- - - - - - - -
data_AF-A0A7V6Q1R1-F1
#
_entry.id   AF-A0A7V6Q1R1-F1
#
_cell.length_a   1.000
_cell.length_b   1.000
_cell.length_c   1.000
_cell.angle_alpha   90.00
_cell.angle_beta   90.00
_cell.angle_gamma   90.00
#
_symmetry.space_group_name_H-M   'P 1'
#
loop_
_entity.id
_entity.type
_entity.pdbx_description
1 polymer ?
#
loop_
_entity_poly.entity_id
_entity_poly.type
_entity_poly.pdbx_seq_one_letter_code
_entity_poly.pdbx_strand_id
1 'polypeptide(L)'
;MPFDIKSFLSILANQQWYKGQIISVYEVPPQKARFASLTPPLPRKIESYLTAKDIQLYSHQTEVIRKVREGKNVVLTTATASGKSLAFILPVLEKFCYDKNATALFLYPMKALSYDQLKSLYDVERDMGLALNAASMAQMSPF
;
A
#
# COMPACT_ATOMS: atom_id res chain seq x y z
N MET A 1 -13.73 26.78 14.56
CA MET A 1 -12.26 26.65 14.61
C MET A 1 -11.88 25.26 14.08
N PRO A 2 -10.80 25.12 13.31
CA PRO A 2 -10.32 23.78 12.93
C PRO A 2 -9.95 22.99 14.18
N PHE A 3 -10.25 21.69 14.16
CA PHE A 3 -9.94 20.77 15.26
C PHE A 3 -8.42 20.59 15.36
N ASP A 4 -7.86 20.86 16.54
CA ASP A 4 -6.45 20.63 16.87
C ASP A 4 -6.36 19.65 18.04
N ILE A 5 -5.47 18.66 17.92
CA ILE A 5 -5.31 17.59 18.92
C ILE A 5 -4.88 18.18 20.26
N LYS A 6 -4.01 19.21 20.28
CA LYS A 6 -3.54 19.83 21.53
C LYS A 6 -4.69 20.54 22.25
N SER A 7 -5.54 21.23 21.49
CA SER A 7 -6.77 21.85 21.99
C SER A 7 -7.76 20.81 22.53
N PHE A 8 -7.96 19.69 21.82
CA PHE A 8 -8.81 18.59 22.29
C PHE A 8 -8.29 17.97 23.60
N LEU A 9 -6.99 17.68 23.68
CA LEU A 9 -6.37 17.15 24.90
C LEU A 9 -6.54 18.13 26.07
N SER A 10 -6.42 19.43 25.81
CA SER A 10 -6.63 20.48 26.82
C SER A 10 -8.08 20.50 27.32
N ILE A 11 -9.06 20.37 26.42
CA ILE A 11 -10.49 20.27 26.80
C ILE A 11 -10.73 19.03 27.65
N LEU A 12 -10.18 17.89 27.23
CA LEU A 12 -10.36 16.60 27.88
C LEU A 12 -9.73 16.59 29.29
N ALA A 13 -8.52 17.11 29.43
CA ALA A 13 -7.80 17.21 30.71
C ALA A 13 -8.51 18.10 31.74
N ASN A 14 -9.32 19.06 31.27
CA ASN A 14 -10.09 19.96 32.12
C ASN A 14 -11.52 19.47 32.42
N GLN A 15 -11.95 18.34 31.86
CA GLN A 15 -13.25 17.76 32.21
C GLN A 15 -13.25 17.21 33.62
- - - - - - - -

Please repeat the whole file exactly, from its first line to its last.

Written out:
data_AF-A0A7V6Q1R1-F1
#
_entry.id   AF-A0A7V6Q1R1-F1
#
_cell.length_a   1.000
_cell.length_b   1.000
_cell.length_c   1.000
_cell.angle_alpha   90.00
_cell.angle_beta   90.00
_cell.angle_gamma   90.00
#
_symmetry.space_group_name_H-M   'P 1'
#
loop_
_entity.id
_entity.type
_entity.pdbx_description
1 polymer ?
#
loop_
_entity_poly.entity_id
_entity_poly.type
_entity_poly.pdbx_seq_one_letter_code
_entity_poly.pdbx_strand_id
1 'polypeptide(L)'
;MPFDIKSFLSILANQQWYKGQIISVYEVPPQKARFASLTPPLPRKIESYLTAKDIQLYSHQTEVIRKVREGKNVVLTTATASGKSLAFILPVLEKFCYDKNATALFLYPMKALSYDQLKSLYDVERDMGLALNAASMAQMSPF
;
A
#
# COMPACT_ATOMS: atom_id res chain seq x y z
N MET A 1 -13.73 26.78 14.56
CA MET A 1 -12.26 26.65 14.61
C MET A 1 -11.88 25.26 14.08
N PRO A 2 -10.80 25.12 13.31
CA PRO A 2 -10.32 23.78 12.93
C PRO A 2 -9.95 22.99 14.18
N PHE A 3 -10.25 21.69 14.16
CA PHE A 3 -9.94 20.77 15.26
C PHE A 3 -8.42 20.59 15.36
N ASP A 4 -7.86 20.86 16.54
CA ASP A 4 -6.45 20.63 16.87
C ASP A 4 -6.36 19.65 18.04
N ILE A 5 -5.47 18.66 17.92
CA ILE A 5 -5.31 17.59 18.92
C ILE A 5 -4.88 18.18 20.26
N LYS A 6 -4.01 19.21 20.28
CA LYS A 6 -3.54 19.83 21.53
C LYS A 6 -4.69 20.54 22.25
N SER A 7 -5.54 21.23 21.49
CA SER A 7 -6.77 21.85 21.99
C SER A 7 -7.76 20.81 22.53
N PHE A 8 -7.96 19.69 21.82
CA PHE A 8 -8.81 18.59 22.29
C PHE A 8 -8.29 17.97 23.60
N LEU A 9 -6.99 17.68 23.68
CA LEU A 9 -6.37 17.15 24.90
C LEU A 9 -6.54 18.13 26.07
N SER A 10 -6.42 19.43 25.81
CA SER A 10 -6.63 20.48 26.82
C SER A 10 -8.08 20.50 27.32
N ILE A 11 -9.06 20.37 26.42
CA ILE A 11 -10.49 20.27 26.80
C ILE A 11 -10.73 19.03 27.65
N LEU A 12 -10.18 17.89 27.23
CA LEU A 12 -10.36 16.60 27.88
C LEU A 12 -9.73 16.59 29.29
N ALA A 13 -8.52 17.11 29.43
CA ALA A 13 -7.80 17.21 30.71
C ALA A 13 -8.51 18.10 31.74
N ASN A 14 -9.32 19.06 31.27
CA ASN A 14 -10.09 19.96 32.12
C ASN A 14 -11.52 19.47 32.42
N GLN A 15 -11.95 18.34 31.86
CA GLN A 15 -13.25 17.76 32.21
C GLN A 15 -13.25 17.21 33.62